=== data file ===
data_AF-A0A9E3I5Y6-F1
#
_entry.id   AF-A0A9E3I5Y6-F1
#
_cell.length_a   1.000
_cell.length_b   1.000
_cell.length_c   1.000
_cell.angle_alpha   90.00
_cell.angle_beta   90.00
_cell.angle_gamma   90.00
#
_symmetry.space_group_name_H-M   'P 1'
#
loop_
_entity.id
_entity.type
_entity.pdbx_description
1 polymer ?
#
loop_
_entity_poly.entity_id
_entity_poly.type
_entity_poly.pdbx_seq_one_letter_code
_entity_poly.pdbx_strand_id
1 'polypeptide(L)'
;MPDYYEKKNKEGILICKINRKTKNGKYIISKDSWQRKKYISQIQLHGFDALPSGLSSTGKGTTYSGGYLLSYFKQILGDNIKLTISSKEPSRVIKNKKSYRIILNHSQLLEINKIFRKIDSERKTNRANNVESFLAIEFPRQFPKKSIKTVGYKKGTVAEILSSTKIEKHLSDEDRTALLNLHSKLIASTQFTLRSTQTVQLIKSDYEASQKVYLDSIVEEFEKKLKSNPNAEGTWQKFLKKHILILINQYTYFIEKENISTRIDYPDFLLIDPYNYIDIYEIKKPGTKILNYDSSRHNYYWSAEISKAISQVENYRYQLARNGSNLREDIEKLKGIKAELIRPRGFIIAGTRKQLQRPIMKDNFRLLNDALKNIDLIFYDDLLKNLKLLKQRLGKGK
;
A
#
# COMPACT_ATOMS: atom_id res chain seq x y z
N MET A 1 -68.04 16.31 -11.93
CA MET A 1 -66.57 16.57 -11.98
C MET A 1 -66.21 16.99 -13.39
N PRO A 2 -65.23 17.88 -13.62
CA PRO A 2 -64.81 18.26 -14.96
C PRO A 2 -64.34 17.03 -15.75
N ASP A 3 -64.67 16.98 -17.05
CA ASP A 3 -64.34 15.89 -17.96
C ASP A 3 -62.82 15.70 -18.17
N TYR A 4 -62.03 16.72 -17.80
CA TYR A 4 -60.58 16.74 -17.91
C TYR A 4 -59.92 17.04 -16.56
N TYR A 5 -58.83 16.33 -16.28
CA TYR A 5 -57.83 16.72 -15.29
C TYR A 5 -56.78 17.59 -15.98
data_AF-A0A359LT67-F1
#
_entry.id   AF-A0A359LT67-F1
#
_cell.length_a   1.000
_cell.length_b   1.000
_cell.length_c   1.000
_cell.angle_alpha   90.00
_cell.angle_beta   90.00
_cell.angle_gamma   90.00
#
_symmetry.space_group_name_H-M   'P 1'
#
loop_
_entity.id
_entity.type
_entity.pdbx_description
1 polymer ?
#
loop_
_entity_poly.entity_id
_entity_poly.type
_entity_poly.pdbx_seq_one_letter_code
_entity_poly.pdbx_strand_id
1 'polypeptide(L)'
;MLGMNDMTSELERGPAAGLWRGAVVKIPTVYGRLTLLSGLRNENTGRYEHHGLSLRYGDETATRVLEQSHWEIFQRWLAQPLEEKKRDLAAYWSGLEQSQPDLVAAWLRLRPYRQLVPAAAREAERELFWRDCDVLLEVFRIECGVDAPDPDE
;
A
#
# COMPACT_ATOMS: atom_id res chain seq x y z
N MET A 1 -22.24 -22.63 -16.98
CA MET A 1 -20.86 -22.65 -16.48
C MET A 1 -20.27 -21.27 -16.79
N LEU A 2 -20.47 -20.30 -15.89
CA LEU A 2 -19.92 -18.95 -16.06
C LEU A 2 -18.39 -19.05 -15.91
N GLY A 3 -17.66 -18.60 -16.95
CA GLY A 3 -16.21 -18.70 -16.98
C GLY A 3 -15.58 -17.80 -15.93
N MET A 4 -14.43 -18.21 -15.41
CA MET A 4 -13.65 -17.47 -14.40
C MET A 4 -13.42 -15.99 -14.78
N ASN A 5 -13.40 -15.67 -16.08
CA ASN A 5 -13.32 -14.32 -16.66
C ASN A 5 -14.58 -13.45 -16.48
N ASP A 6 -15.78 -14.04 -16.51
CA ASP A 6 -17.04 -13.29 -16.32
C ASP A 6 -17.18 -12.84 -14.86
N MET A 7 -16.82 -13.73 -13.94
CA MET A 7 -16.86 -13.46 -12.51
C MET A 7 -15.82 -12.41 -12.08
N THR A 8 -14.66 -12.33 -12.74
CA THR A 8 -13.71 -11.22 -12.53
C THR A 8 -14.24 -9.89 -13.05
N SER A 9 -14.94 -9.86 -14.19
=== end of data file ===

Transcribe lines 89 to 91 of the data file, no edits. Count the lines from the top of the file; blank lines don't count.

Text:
CA ASN A 5 -13.32 -14.32 -16.66
C ASN A 5 -14.58 -13.45 -16.48
N ASP A 6 -15.78 -14.04 -16.51